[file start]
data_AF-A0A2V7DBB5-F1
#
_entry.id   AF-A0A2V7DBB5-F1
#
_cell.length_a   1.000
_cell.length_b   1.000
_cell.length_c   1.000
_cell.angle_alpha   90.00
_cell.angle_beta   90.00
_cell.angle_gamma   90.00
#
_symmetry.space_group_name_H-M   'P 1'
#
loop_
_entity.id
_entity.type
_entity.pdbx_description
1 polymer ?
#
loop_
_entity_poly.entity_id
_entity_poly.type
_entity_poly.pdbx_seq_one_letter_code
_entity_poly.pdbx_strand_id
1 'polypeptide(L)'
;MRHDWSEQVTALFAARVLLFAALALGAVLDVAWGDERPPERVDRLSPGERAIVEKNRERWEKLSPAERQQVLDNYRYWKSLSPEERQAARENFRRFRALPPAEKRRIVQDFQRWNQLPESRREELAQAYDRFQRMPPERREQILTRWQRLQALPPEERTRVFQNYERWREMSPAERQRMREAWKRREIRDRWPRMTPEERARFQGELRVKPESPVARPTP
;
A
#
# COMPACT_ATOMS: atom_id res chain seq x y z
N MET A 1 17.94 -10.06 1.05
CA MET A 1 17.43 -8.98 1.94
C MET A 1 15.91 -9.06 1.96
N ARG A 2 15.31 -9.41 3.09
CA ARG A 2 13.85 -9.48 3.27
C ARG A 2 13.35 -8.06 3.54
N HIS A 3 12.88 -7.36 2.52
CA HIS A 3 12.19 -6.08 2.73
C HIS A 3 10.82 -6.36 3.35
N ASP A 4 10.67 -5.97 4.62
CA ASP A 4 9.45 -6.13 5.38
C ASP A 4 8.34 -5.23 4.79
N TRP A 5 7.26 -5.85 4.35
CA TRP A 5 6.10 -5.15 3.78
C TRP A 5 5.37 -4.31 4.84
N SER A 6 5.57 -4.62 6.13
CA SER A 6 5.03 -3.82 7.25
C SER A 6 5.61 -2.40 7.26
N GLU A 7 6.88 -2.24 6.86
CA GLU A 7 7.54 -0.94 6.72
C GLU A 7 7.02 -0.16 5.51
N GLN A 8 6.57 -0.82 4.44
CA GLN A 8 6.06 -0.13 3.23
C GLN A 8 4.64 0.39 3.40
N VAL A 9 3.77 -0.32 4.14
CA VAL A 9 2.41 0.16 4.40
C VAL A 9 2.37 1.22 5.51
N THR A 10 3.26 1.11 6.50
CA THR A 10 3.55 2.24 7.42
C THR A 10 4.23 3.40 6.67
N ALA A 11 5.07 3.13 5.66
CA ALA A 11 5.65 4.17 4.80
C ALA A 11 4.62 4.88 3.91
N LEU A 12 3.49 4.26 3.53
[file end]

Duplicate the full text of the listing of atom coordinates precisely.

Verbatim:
data_AF-A0A2V7DBB5-F1
#
_entry.id   AF-A0A2V7DBB5-F1
#
_cell.length_a   1.000
_cell.length_b   1.000
_cell.length_c   1.000
_cell.angle_alpha   90.00
_cell.angle_beta   90.00
_cell.angle_gamma   90.00
#
_symmetry.space_group_name_H-M   'P 1'
#
loop_
_entity.id
_entity.type
_entity.pdbx_description
1 polymer ?
#
loop_
_entity_poly.entity_id
_entity_poly.type
_entity_poly.pdbx_seq_one_letter_code
_entity_poly.pdbx_strand_id
1 'polypeptide(L)'
;MRHDWSEQVTALFAARVLLFAALALGAVLDVAWGDERPPERVDRLSPGERAIVEKNRERWEKLSPAERQQVLDNYRYWKSLSPEERQAARENFRRFRALPPAEKRRIVQDFQRWNQLPESRREELAQAYDRFQRMPPERREQILTRWQRLQALPPEERTRVFQNYERWREMSPAERQRMREAWKRREIRDRWPRMTPEERARFQGELRVKPESPVARPTP
;
A
#
# COMPACT_ATOMS: atom_id res chain seq x y z
N MET A 1 17.94 -10.06 1.05
CA MET A 1 17.43 -8.98 1.94
C MET A 1 15.91 -9.06 1.96
N ARG A 2 15.31 -9.41 3.09
CA ARG A 2 13.85 -9.48 3.27
C ARG A 2 13.35 -8.06 3.54
N HIS A 3 12.88 -7.36 2.52
CA HIS A 3 12.19 -6.08 2.73
C HIS A 3 10.82 -6.36 3.35
N ASP A 4 10.67 -5.97 4.62
CA ASP A 4 9.45 -6.13 5.38
C ASP A 4 8.34 -5.23 4.79
N TRP A 5 7.26 -5.85 4.35
CA TRP A 5 6.10 -5.15 3.78
C TRP A 5 5.37 -4.31 4.84
N SER A 6 5.57 -4.62 6.13
CA SER A 6 5.03 -3.82 7.25
C SER A 6 5.61 -2.40 7.26
N GLU A 7 6.88 -2.24 6.86
CA GLU A 7 7.54 -0.94 6.72
C GLU A 7 7.02 -0.16 5.51
N GLN A 8 6.57 -0.82 4.44
CA GLN A 8 6.06 -0.13 3.23
C GLN A 8 4.64 0.39 3.40
N VAL A 9 3.77 -0.32 4.14
CA VAL A 9 2.41 0.16 4.40
C VAL A 9 2.37 1.22 5.51
N THR A 10 3.26 1.11 6.50
CA THR A 10 3.55 2.24 7.42
C THR A 10 4.23 3.40 6.67
N ALA A 11 5.07 3.13 5.66
CA ALA A 11 5.65 4.17 4.80
C ALA A 11 4.62 4.88 3.91
N LEU A 12 3.49 4.26 3.53